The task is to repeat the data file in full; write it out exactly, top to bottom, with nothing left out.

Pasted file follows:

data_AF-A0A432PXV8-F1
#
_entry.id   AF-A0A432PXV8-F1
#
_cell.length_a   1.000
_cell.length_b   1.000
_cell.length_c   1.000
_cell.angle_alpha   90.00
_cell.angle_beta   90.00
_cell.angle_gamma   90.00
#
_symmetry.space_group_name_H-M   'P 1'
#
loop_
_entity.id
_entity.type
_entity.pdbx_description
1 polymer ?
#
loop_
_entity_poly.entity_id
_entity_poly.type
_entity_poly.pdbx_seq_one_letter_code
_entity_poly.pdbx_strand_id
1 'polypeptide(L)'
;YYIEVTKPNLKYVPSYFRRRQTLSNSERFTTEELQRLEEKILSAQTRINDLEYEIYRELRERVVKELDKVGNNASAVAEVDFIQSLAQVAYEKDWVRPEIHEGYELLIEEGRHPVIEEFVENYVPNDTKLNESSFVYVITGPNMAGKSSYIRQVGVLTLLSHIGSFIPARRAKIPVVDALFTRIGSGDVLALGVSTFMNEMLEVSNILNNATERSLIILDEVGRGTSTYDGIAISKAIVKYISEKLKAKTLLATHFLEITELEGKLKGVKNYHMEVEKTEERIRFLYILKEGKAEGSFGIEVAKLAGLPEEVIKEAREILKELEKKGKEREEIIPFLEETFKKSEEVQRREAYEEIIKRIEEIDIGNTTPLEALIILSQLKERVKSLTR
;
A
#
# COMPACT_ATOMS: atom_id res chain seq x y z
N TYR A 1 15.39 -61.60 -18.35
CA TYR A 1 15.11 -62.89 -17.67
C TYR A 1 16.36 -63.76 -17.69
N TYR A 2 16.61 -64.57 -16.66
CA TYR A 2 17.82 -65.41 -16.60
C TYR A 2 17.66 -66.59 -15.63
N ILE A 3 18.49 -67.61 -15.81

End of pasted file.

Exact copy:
data_AF-A0A432PXV8-F1
#
_entry.id   AF-A0A432PXV8-F1
#
_cell.length_a   1.000
_cell.length_b   1.000
_cell.length_c   1.000
_cell.angle_alpha   90.00
_cell.angle_beta   90.00
_cell.angle_gamma   90.00
#
_symmetry.space_group_name_H-M   'P 1'
#
loop_
_entity.id
_entity.type
_entity.pdbx_description
1 polymer ?
#
loop_
_entity_poly.entity_id
_entity_poly.type
_entity_poly.pdbx_seq_one_letter_code
_entity_poly.pdbx_strand_id
1 'polypeptide(L)'
;YYIEVTKPNLKYVPSYFRRRQTLSNSERFTTEELQRLEEKILSAQTRINDLEYEIYRELRERVVKELDKVGNNASAVAEVDFIQSLAQVAYEKDWVRPEIHEGYELLIEEGRHPVIEEFVENYVPNDTKLNESSFVYVITGPNMAGKSSYIRQVGVLTLLSHIGSFIPARRAKIPVVDALFTRIGSGDVLALGVSTFMNEMLEVSNILNNATERSLIILDEVGRGTSTYDGIAISKAIVKYISEKLKAKTLLATHFLEITELEGKLKGVKNYHMEVEKTEERIRFLYILKEGKAEGSFGIEVAKLAGLPEEVIKEAREILKELEKKGKEREEIIPFLEETFKKSEEVQRREAYEEIIKRIEEIDIGNTTPLEALIILSQLKERVKSLTR
;
A
#
# COMPACT_ATOMS: atom_id res chain seq x y z
N TYR A 1 15.39 -61.60 -18.35
CA TYR A 1 15.11 -62.89 -17.67
C TYR A 1 16.36 -63.76 -17.69
N TYR A 2 16.61 -64.57 -16.66
CA TYR A 2 17.82 -65.41 -16.60
C TYR A 2 17.66 -66.59 -15.63
N ILE A 3 18.49 -67.61 -15.81